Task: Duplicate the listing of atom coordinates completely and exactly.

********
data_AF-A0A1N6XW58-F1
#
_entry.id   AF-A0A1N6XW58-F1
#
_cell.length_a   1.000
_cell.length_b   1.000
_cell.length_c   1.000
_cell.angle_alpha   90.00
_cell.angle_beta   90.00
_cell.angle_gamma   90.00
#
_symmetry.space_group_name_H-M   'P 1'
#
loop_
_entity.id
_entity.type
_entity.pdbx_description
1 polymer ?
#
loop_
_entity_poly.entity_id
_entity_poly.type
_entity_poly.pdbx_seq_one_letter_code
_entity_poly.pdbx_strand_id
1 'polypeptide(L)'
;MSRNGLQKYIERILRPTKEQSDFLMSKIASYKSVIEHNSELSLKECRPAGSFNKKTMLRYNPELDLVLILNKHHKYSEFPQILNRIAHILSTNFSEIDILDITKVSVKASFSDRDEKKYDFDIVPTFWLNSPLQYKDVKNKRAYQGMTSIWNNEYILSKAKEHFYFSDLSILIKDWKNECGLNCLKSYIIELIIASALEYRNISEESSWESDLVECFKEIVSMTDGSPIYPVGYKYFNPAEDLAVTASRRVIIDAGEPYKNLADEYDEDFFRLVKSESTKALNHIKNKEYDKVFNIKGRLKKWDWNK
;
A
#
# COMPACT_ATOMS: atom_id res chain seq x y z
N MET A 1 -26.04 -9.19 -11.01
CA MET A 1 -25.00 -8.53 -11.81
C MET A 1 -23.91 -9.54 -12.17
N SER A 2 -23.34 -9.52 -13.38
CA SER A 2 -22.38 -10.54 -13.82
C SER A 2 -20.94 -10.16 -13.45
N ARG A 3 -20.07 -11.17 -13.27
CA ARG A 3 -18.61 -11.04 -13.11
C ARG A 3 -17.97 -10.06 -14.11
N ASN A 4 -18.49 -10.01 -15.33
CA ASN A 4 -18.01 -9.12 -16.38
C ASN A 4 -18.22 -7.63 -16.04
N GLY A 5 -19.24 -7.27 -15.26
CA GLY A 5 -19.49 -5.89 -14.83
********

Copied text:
data_AF-A0A1N6XW58-F1
#
_entry.id   AF-A0A1N6XW58-F1
#
_cell.length_a   1.000
_cell.length_b   1.000
_cell.length_c   1.000
_cell.angle_alpha   90.00
_cell.angle_beta   90.00
_cell.angle_gamma   90.00
#
_symmetry.space_group_name_H-M   'P 1'
#
loop_
_entity.id
_entity.type
_entity.pdbx_description
1 polymer ?
#
loop_
_entity_poly.entity_id
_entity_poly.type
_entity_poly.pdbx_seq_one_letter_code
_entity_poly.pdbx_strand_id
1 'polypeptide(L)'
;MSRNGLQKYIERILRPTKEQSDFLMSKIASYKSVIEHNSELSLKECRPAGSFNKKTMLRYNPELDLVLILNKHHKYSEFPQILNRIAHILSTNFSEIDILDITKVSVKASFSDRDEKKYDFDIVPTFWLNSPLQYKDVKNKRAYQGMTSIWNNEYILSKAKEHFYFSDLSILIKDWKNECGLNCLKSYIIELIIASALEYRNISEESSWESDLVECFKEIVSMTDGSPIYPVGYKYFNPAEDLAVTASRRVIIDAGEPYKNLADEYDEDFFRLVKSESTKALNHIKNKEYDKVFNIKGRLKKWDWNK
;
A
#
# COMPACT_ATOMS: atom_id res chain seq x y z
N MET A 1 -26.04 -9.19 -11.01
CA MET A 1 -25.00 -8.53 -11.81
C MET A 1 -23.91 -9.54 -12.17
N SER A 2 -23.34 -9.52 -13.38
CA SER A 2 -22.38 -10.54 -13.82
C SER A 2 -20.94 -10.16 -13.45
N ARG A 3 -20.07 -11.17 -13.27
CA ARG A 3 -18.61 -11.04 -13.11
C ARG A 3 -17.97 -10.06 -14.11
N ASN A 4 -18.49 -10.01 -15.33
CA ASN A 4 -18.01 -9.12 -16.38
C ASN A 4 -18.22 -7.63 -16.04
N GLY A 5 -19.24 -7.27 -15.26
CA GLY A 5 -19.49 -5.89 -14.83